running on NT: Making It Work - AS/400 & NT Coexistence
The word Integrate has no less than seven definitions in the dictionary, ranging from advanced mathematics to racial harmony. This powerful word is used most often to define how well different objects are brought together into a seeming whole. It is this definition that provides one of the core responsibilities of any IS/IT department.
The ability to bring together diverse hardware, software and networking products to create a computing infrastructure for an enterprise is no small matter and incompatibilities between any of the involved products can significantly limit the total system functionality. To eliminate the possibility of such mishaps, many shops have opted for the one source solution to ensure compatibility between all components.
This so-called 'one stop shopping' has many benefits, keeps system complexity to minimum and provides a single point of contact for technical support. However, in the real world, systems are implemented to support or enable the business process with little or no consideration to its effect upon IT/IS. The reality is that very few vendors have been able to provide an end to end solution that also happens to match your company's business model, and in order to fulfill to needs of the business, several vendors may have to be sourced to provide a best fit solution. The trick then becomes minimizing the number of vendors necessary to provide this solution.
In determining the best vendors or products, several factors are usually reviewed including the level of integration within the vendor's product line, and more recently, the ability of the vendor's products to integrate with other products in their industry. The computing industry has long used integration as a major factor in distinguishing between products. When IBM released the AS/400, one of the key selling points was the tight integration between the hardware and software and the almost seamless integration between the DBMS and the operating system.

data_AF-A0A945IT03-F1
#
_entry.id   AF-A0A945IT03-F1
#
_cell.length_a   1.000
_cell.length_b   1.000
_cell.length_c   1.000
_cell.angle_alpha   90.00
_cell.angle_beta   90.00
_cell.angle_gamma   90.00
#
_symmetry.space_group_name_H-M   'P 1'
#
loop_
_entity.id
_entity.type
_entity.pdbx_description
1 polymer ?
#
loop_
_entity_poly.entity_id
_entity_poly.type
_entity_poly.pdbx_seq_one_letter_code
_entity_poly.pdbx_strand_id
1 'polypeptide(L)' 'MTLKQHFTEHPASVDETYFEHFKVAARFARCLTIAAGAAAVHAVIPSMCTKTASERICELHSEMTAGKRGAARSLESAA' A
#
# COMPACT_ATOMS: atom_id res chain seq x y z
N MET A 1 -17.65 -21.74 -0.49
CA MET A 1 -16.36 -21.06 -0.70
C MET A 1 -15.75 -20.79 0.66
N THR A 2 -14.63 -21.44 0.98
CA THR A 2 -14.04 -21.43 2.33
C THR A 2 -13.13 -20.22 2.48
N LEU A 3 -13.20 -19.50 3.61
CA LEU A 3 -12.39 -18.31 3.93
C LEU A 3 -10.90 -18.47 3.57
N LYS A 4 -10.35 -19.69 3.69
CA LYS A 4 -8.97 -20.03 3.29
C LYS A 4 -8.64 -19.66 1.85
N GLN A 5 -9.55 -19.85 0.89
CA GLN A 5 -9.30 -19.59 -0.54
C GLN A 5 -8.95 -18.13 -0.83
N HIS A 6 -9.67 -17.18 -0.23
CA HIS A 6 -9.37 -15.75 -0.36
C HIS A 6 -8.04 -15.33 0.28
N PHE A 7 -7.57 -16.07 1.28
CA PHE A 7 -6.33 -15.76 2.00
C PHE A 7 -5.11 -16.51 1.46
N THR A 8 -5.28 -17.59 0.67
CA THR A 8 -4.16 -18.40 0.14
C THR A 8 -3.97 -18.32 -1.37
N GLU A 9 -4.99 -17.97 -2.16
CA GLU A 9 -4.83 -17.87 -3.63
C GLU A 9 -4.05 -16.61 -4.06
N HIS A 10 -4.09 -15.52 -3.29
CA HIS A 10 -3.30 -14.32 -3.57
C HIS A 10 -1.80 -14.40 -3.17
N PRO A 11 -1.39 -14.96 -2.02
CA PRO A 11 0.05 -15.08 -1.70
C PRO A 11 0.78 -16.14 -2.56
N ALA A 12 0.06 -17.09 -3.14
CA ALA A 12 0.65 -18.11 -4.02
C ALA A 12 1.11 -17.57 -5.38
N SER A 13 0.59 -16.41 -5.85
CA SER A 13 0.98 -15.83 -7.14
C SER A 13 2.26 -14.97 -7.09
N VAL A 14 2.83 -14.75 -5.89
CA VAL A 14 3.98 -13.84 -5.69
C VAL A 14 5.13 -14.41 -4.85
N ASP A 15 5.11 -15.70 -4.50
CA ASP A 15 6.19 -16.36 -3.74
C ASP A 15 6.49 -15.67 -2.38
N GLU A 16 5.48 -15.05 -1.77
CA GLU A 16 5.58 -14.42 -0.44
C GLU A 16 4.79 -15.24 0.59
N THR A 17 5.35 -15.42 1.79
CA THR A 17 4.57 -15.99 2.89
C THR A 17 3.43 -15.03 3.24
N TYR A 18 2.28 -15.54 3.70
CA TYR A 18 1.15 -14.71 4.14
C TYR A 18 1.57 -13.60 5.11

On the PC side, Microsoft brought together different office productivity products into a cohesive package, called it simply Office, and soon owned the desktop productivity market. The number one reason for Microsoft's success was the tight integration between the products in the suite. Eventually, that led Microsoft to do the same with their development tools and their back-end server software.
Both companies have stuck to this winning strategy and continued to increase the level of integration within their respective products. However, the degree of integration within their product lines usually far outstrips their ability to play nice with other vendor's products. The rapid rise of the Internet has vastly improved the integration options available to shops today, but a fair portion of the work involved in providing the end solution still falls square upon the shoulders of the implementers.
While these two vendors have been presented as shining examples of product integration, bringing them together in a corporate environment can test the mettle of the even the best administrator. However, as the popularity of Windows NT continues to grow, many AS/400 shops are having to use the OS for the first time and are faced with the need to reconcile the differences between these products and provide easy to use solutions to system users. This process, if not handled properly, can be extremely traumatic for inexperienced shops, but when implemented in manner that is appropriate to each platform can provide a solution where the whole is greater than the sum of the parts.
Finding this balance is more than just looking at the platform's spec sheet, it is evaluating the business needs of the company, the skill sets of the IT/IS department, and determining the goals and direction for the computing infrastructure within the enterprise. It is not always a matter of which platform is better at a certain task, but which solution provides the best cost/benefit ratio to the company. Remember that no shop has an unlimited budget and the ability to provide a greater array of solutions while working within the constraints of this finite resource can be of a greater importance.
With all this in mind, we will be taking a hard look at the issues, concerns, and most importantly, benefits of bringing these two platforms together. Please stay tuned.